Folks, why is it that we can only focus on today, and have no ability at all to imagine the possibilities for the future?

    1. Hawyer on Dec 18, 2008 6:26:42 PM:

      While Chris, Andoni, et al are slobbering all over themselves that Obama avows to give this ignorant and inflammatory bigot a place of honor at the inauguration - out of some altogether unexplained political strategy - I am remain steadfastly appalled at Obama's stupefying lack of judgment in this regard.

      You know, I boycotted (i.e. didn't watch them on TV) the last two inaugurations out of contempt for George W Bush. If Warren remains on the dais, I intend to boycott this one too. But Obama has already shit in his mess kit. No way he can uninvite this guy. The Religious Rights' heads would explode.

    1. Lucrece on Dec 18, 2008 6:33:17 PM:

      Andoni rivals Bilerico's Crawford in his politician-groveling skills?

    1. Wes on Dec 18, 2008 9:26:38 PM:

      Hawyer you made me laugh. "Slobbering all over themselves"....Ok. Well first, who do you think voted for Obama? Answer: An overwhelming portion of the black population (as close to 100 perct as it will ever get) that are probably NOT in agreement with Warren either. Most of those voters probably don't even want us to have civil unions or domestic partner benefits (has anyone asked them?). So I would say, oddly enough, Warren is a moderate compared to many of those voters. And he is probably middle of the road compared to the entire population if you look at how we get trounced at the polls.

      Do we gays pick pretty pitiful battles or what? This is ridiculous. Frankly, I think the headline ought to be "Rick Warren Supports Civil Unions and Domestic Partnership Benefits". Is this guy someone I would want to have a beer with (and yeah he probably drinks beer)? NO. But I could not care less where he is praying. Once again the holy shiners pushing for "gay marriage at the altar" repress any progress on our side of the battle. And God forbid looking for a hole to dart through to reach progress.

    1. Lady Olive on Dec 18, 2008 9:31:40 PM:

      Considering that 1/3 of gays voted Republican for the first time ever in a presidential election, I'm confused as to why those who voted for McCain/Palin have not directed the same fury towards their chosen leaders (who lost) who boast an even more conservative stance towards gays. I guess that's just something we'll file under "Hmmmm...how odd..."

    1. Matt Kailey on Dec 18, 2008 11:45:19 PM:

      At first, I was upset when Obama chose Warren to appear at the inauguration, and then I was furious at his response that "a variety of viewpoints" would be represented. My reaction was that he had reduced the fight for the civil rights of an entire population to a "viewpoint." But then I calmed down and thought about it, and I realized that one of the things that impressed me most about Obama to begin with is that I think he is a brilliant and astute politician who knows just what he wants and how to get it. He's building a machine and he knows the parts that he needs and how to put them together in the way that will make the machine run for him. When he started choosing his cabinet and people started making noises, I told myself to wait and see. After my initial round of fury over Warren, I'm settling back into "wait and see." Obama's not stupid. He knew the backlash he would get from this. He's got something else in mind. I'm going to wait and see and reserve the right to be furious again later on.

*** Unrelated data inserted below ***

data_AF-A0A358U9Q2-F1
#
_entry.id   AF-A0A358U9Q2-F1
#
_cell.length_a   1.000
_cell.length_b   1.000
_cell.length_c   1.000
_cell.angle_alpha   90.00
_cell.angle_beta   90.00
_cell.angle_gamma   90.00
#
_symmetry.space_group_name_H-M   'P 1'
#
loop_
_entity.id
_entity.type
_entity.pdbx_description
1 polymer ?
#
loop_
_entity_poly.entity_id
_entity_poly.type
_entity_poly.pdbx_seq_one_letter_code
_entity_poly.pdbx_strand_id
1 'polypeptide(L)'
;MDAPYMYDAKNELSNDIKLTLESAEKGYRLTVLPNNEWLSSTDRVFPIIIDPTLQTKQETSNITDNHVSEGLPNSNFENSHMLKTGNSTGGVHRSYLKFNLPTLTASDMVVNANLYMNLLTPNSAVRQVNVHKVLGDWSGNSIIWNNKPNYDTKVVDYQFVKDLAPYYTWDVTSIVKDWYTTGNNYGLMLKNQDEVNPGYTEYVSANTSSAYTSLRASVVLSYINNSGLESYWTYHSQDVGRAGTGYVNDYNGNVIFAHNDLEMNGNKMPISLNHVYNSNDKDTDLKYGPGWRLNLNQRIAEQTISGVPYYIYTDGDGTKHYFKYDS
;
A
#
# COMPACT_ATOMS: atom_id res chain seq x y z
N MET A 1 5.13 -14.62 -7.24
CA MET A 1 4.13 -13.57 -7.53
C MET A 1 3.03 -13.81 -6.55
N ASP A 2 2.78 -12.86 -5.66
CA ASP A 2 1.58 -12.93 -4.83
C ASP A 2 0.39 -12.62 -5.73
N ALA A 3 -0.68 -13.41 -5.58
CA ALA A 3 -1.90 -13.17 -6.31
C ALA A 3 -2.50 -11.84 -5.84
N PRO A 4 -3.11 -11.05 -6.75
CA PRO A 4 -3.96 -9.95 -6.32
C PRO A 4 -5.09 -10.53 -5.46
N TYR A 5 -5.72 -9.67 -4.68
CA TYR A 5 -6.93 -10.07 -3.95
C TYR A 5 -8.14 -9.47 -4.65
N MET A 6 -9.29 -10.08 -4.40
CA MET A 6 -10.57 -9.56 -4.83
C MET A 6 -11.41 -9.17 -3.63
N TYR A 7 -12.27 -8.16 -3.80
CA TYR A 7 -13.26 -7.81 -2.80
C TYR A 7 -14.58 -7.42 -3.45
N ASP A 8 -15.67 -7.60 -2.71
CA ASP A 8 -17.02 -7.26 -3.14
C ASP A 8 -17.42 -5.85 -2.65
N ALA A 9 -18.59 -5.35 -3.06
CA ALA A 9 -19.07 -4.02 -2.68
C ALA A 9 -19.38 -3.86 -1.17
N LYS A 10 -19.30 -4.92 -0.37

1. Brian Miller on Dec 19, 2008 12:50:55 AM:

      It's ironic. Those who presented Obama as the anti-Clinton are now using Clintonian triangulation and "depends on what your definition of 'is' is" rhetoric to justify Obama's VERY Clintonian move here.

      The more things change...

    1. Ron on Dec 19, 2008 4:15:36 AM:

      I thought, initially, the Warren decision might simply be a Sister Souljah moment, but the more I analyze it the more dire it becomes. O's decision to include Warren sends a dangerous message. The message affirms anti-gay sentiment despite O's deft denial. Sorry Chris, I feel this was a strategic error on O's part that will require vigilance on the part of gay activists to hold O's feet to the fire!

    1. Hawyer on Dec 19, 2008 9:14:52 AM:

      ... more to the point. While most agree that Obama is an uber-strategic thinker -- I think this blunder shows:

      1. He did not have his ear to the ground on the festering rebuff gays harbor after the Prop 8 debacle.

      2. Civil rights is something you triangulate on at your peril.

      3. As Matt Kailey so aptly put, gays are sick-to-death of having their constitutional protections reduced to a viewpoint ... a, well, highly offensive defense mounted by the inclusiveness crowd.

      4. And most importantly --- Obama is a babe in the woods when it comes to the treachery of chicken-fed for-profit preachers. Warren will stick it in Obama's back and twist it. You'd think after the Jeremiah Wright flap, he'd steer clear of these pompous self-important jackasses.